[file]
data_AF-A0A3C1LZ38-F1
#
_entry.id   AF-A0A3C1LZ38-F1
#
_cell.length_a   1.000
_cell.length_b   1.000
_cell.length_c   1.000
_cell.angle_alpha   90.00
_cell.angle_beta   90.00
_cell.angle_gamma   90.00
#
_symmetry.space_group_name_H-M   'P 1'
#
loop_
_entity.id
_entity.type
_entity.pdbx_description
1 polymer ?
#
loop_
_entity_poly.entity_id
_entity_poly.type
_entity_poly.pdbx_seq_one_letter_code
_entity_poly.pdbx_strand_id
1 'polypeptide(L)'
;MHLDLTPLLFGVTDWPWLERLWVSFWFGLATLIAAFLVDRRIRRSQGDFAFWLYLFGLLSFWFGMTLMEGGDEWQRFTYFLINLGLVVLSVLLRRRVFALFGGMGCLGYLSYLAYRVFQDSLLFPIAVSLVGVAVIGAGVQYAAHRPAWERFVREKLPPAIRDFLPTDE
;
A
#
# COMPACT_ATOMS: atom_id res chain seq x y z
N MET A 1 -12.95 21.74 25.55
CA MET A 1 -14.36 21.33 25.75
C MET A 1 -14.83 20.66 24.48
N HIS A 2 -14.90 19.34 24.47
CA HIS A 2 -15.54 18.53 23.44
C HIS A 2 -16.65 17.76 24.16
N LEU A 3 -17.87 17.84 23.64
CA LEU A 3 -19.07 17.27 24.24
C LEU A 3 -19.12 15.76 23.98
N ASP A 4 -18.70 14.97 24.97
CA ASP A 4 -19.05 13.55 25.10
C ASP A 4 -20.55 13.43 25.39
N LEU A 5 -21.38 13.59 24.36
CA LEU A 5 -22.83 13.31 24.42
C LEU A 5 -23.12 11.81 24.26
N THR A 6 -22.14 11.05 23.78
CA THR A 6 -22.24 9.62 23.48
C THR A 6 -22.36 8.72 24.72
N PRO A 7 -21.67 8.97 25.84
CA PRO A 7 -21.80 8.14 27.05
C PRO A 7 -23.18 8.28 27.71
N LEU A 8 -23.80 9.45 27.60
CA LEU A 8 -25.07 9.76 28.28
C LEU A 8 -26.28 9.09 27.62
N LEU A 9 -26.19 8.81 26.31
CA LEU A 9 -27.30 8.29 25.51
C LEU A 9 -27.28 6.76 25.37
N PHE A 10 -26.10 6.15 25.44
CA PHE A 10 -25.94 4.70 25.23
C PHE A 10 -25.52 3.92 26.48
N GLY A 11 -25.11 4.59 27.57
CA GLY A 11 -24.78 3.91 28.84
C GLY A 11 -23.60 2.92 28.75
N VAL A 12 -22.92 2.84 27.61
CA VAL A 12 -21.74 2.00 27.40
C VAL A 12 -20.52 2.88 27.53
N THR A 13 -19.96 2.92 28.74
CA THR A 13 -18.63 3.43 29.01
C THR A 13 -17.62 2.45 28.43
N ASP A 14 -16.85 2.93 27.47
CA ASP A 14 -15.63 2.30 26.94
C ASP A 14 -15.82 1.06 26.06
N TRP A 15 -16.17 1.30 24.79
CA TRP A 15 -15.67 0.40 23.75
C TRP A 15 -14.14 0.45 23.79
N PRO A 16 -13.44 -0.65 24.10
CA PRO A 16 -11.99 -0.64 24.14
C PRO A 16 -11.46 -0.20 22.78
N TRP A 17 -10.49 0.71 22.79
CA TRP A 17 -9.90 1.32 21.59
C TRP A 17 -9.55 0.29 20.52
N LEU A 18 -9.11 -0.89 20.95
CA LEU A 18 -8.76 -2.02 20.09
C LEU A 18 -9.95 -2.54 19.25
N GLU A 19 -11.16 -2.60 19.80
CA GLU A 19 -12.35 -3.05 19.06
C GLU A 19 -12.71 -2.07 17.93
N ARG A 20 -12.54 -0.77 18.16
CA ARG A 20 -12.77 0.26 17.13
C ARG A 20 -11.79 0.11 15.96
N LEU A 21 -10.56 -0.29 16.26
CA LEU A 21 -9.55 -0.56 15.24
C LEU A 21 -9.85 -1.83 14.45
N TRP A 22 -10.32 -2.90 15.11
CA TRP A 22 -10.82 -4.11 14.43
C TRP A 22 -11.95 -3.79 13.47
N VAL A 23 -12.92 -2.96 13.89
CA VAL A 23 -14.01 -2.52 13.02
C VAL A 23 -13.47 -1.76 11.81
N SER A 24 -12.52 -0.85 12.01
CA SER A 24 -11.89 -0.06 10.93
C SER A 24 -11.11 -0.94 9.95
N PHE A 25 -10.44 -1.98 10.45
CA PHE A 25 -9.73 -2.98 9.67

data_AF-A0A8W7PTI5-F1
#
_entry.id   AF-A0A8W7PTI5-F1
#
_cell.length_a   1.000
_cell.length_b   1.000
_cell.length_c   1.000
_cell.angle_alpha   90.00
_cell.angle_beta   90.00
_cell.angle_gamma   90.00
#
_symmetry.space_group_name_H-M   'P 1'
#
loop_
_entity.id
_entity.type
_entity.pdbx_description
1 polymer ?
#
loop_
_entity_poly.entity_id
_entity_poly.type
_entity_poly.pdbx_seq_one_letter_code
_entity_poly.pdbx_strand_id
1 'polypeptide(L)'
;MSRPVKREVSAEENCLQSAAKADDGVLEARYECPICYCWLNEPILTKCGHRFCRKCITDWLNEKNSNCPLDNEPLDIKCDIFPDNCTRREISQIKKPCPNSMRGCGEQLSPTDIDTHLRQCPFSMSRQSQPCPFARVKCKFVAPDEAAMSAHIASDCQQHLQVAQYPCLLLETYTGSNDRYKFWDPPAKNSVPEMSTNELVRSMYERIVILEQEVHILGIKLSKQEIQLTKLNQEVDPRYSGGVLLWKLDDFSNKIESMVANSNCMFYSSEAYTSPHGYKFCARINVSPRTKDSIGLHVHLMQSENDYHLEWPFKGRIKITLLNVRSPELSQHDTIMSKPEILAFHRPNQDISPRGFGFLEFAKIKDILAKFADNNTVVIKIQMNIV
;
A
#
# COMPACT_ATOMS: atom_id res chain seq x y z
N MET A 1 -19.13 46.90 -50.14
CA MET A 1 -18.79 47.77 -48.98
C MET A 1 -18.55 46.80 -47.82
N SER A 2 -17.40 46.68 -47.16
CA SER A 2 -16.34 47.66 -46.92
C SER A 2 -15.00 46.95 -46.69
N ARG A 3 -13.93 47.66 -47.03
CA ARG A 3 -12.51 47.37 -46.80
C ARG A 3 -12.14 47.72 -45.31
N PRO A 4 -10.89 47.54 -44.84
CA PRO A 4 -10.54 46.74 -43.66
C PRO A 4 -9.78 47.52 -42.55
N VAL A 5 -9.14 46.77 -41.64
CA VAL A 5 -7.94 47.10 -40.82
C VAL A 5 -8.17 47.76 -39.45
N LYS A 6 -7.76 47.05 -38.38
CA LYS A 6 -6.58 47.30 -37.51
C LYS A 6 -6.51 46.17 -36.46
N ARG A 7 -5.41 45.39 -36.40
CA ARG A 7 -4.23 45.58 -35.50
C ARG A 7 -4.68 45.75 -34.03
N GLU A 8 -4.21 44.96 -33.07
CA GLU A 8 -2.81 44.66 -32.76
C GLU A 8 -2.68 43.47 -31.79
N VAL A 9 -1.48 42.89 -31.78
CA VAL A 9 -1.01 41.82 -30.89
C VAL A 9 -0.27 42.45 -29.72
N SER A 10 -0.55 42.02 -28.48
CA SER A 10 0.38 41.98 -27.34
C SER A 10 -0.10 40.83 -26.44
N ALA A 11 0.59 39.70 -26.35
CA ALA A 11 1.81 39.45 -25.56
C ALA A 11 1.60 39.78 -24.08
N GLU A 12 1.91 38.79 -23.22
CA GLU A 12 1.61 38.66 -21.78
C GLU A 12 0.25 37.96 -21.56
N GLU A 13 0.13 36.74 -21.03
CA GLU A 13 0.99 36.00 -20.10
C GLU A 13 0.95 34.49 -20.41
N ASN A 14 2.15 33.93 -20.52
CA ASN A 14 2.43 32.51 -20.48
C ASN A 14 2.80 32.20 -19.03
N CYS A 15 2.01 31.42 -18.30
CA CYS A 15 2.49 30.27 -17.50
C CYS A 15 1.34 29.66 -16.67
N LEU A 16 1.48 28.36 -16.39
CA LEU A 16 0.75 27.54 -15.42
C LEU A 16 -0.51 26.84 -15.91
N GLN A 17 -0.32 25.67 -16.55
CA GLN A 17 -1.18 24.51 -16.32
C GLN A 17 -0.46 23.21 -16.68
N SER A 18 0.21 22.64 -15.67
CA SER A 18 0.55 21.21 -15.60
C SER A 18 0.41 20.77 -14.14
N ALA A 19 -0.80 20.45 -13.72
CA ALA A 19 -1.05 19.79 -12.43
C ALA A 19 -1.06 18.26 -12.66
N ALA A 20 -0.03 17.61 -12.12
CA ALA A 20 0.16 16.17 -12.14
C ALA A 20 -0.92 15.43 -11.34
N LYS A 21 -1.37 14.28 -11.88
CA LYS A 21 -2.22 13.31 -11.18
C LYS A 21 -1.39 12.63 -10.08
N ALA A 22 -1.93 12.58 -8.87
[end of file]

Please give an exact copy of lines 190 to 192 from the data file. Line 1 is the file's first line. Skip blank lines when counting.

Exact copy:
CA ALA A 19 -1.05 19.79 -12.43
C ALA A 19 -1.06 18.26 -12.66
N ALA A 20 -0.03 17.61 -12.12